A flat 9×12 white-plastic envelope sat on my desk for a while this week: I assumed it was one of my magazines that comes packaged that way. Meanwhile, from time to time, I wondered where my latest yarn shipment was. I got the shipment notice about 10 days ago, and it was only coming from St. John’s. Odd.
Today I picked up said envelope and was surprised at its heft and hardness: This was no floppy magazine. Odd again. I struggled a bit to extricate an inner sleeve of plastic, to be greeted by my yarn. Sort of. It looked–I dunno–odd.
The oddness was more evident from the side.
I’ve had a cheese-slice face before: a full-on portrait, not a profile.
This was a chance encounter of two neighbours, one of whom was just a hair more animated than the other.
. . . and the day wanes.
I was this many years old when I noticed that the vernal and autumnal equinoxes don’t land on the same-numbered day. I had them both in my head as the 21st (of March and September, respectively), but it is not so.
Perhaps I was confused by the solstices both being on the 21st of their respective months? Nope. The summer solstice is June 21; the winter solstice is December 22. I just don’t pay attention. (If you would like to know more, here’s an excellent resource, complete with quiz. I’ll post your scores if you send them to me.)
Sidebar: The 2024 vernal equinox will be on March 19 (not like, oh I don’t know, March 21). Quick Google answers to the question of why the date varies talk about the discrepancy between the sidereal and calendar years. Thus, they announce definitively, the equinox gets 6 hours later year to year. Unless there’s an intervening Leap Year, I guess, which throws it all off-kilter. Maybe? In any event, on we go, trusting that the equinox calculators and the solar system itself know what they’re doing.
Back in the day, the point just short of this mileage saw everyone piling into the car to drive that last little bit, hanging over the back seat to get a good view as all the nines rolled upwards with a series of soft clicks (Did we really hear them, or just imagine them?), to be replaced by all-zeroes on the odometer. I mean, how satisfying was that?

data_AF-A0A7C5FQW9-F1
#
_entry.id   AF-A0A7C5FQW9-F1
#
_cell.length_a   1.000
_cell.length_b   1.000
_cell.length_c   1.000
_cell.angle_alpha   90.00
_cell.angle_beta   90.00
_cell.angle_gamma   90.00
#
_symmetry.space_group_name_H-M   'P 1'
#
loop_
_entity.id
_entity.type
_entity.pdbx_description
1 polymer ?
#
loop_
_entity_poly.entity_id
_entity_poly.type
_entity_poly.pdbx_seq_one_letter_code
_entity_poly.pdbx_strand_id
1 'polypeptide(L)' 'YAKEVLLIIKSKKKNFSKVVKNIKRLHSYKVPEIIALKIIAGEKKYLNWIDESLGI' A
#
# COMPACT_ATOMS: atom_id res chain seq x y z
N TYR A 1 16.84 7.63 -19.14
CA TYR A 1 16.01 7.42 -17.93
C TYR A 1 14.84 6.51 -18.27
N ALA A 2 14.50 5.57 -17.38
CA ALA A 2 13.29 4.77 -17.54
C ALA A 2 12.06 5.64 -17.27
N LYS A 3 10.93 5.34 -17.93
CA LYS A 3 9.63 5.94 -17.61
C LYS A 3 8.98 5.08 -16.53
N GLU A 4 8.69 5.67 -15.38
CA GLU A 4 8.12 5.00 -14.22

What a moment! It wasn’t like we were going to see it happen again anytime soon. And woe to the driver who missed the great rollover. Imagine glancing at the speedometer and catching sight of this in passing.
It’s been 112 years since 1911. In geological or astronomical terms that’s nothing, but in human terms? Man, 112 years is a long time. Things that have been around for ever were just getting started in 1911:
- Chevrolet started making cars
- J.M. Smucker started making Crisco®
It’s been 112 years since 1911, which is longer than all but a handful of lifetimes. It’s long enough to take us from newspaper accounts of the coronation of George V to the streamed-online coronation of Charles III, George V’s great-grandson. And yet, 1911 is potentially just one handshake away. How so? That takes some explaining.
GoFundMe. Go. Fund. Me. I don’t quite get it.
I know what it means all right; I just don’t get why the communication works.
Why isn’t it ComeFundMe? I mean, where am I going? Isn’t the invitation to join someone in doing something? To come and be part of something?
Wouldn’t PleaseFundMe be more semantically correct as well as more polite? Heck, why is the first word needed at all? Wouldn’t FundMe communicate the same thing?
Could the punctuation be implied? GO!FUND ME! or even GO:FUNDME! Continue reading
A last-of-the-season fabulous boat ride produces less-than-fabulous photos of a family of common loons, in part because the birds and I bob up-and-down at what seem like different amounts/frequencies even though we’re on the self-same lake.
Always fabulous, notwithstanding distance, wave action, light, and (cough) shutter speeds.
Back on dry land, unencumbered by the complex wave-mechanics of Canada’s Shield lakes and untroubled by the shifts in the tectonic plates underlying the Shield itself, I turn my attention to a smaller-and-nearer photographic subject. My dragonfly-identification skills are not my strong point, but at least this time I know that I’m looking at one species. It is, after all, just one individual.
Male autumn meadowhawk? Pretty sure. Pretty fabulous.
Check out Ontario’s dragonflies and damselflies here.
It’s not what you’re thinking, but it was quite a night. The home team lost their final home game of the season, but the crowd left the stadium pretty cheery. Well, I know I did.
Getting out of town, even for a week, brings many new views and a few new perspectives.
Two views from one pier.
Rain isn’t all bad.
These are my choices?